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What’s the big deal about Roths anyway?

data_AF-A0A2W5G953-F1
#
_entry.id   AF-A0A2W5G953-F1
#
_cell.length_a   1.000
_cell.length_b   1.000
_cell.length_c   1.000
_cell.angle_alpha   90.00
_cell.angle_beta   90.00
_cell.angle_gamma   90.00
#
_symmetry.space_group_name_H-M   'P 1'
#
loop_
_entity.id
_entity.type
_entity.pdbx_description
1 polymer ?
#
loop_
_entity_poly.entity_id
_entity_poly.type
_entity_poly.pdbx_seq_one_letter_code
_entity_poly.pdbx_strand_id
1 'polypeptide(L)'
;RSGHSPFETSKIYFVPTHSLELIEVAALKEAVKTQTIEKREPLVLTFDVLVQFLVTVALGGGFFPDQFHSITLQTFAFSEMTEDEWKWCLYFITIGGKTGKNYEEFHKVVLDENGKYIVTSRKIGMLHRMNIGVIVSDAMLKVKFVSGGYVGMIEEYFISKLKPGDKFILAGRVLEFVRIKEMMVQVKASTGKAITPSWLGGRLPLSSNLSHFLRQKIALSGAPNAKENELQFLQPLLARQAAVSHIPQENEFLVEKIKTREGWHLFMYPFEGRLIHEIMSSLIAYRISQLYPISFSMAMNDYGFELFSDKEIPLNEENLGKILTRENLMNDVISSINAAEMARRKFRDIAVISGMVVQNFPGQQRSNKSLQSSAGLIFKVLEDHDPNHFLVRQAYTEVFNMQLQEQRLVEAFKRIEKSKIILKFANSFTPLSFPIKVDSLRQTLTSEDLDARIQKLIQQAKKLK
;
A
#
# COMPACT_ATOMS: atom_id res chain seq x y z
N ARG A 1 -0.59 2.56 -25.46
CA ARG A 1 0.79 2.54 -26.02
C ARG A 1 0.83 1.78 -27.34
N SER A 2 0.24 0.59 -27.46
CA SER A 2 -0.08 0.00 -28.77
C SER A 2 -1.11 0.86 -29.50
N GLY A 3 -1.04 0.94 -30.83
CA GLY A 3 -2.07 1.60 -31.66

It has been 13 years since the Roth IRA first stormed onto the financial scene as part of the Taxpayer Relief Act of 1997. There has been plenty of marketing, information, misinformation and confusion surrounding them ever since.If you don’t have a Roth IRA, 2010 might be the year you want to consider opening or converting to one.IRAs and Roth IRAs are both types of accounts in which individuals can save for retirement. Both are designed to help your savings grow faster by not taxing the interest and earnings in your account along the way. Anyone who has received a 1099-INT from their bank knows you must pay taxes on any interest you earn in savings, checking or CD accounts each year. Paying taxes means you can’t earn interest on the part of your previous interest that went to Uncle Sam – and you can’t compound as quickly.There are many fantastical stories about the power of compound interest. A favorite is if your great, great, great grandmother saved a dollar at the start of the American Revolution in a 6 percent savings account, you’d have over $830,000 today. She earned 6 percent on the first dollar to get $1.06, but then 6 percent on that whole amount to increase to $1.124, then to $1.19, $1.26, $1.34 … it starts catching on quickly. But now let’s assume each of your grandmothers from 1776 to 2010 had to pay 25 percent tax on the interest each year. Your $830,000 decreases to only $30,000. However, let’s assume you don’t plan on retiring in 234 years. Earning 6 percent on $10,000 over just 30 years results in $57,434 if you didn’t have to pay tax on the interest each year, or $37,453 if you did.Traditional IRAs and Roth IRAs both let you reap the benefits of higher compounding. The difference is when the taxes get paid. Uncle Sam is going to get his cut some time.If you save within a Traditional IRA, your contributions may be tax deductible in the year you make them, depending on your income level. When you retire, you will pay income tax on the amount you withdraw each year. When you’re age 70 1/2, you will be forced to withdraw a minimum amount just so they can start collecting the taxes. If you need to take an early withdrawal, you pay a 10 percent penalty in addition to the taxes due.In a Roth IRA account, you do not get the tax deduction the year you make the contribution. However, all your withdrawals in retirement are tax free. Also, for direct contributions you can make early withdrawals of principal without tax or penalty. Rollovers and conversions have a five-year ‘seasoning’ period before you can make penalty-free withdrawals. Roth IRAs don’t have the required minimum withdrawals after age 70 1/2, so they are an effective way to pass assets to your heirs if you don’t need the money for your own retirement.So what’s the catch with the Roth? Many people have lower total incomes in retirement than during their working years, so perhaps you end up paying more in taxes now than you would in a Traditional IRA. If you plan on retiring to a state with lower state and local taxes, you would also be paying a larger amount of tax now. And finally, there are income limits for making a Roth contribution – $106,000 if single, $167,000 if married filing jointly. Roth contributions are essentially not allowed if married filing separately.In any case, consult with your financial and tax professionals before converting from a Traditional IRA to a Roth or changing where you make your contributions. If done correctly, such a change can potentially make a big difference in your retirement plans.Jason Gray owns GoalView Advisors, a Registered Investment Advisory firm in Falcon. He is a Falcon resident and serves as Chairman of the Board for the Eastern Plains Chamber of Commerce. He can be reached at 719-439-2054 or

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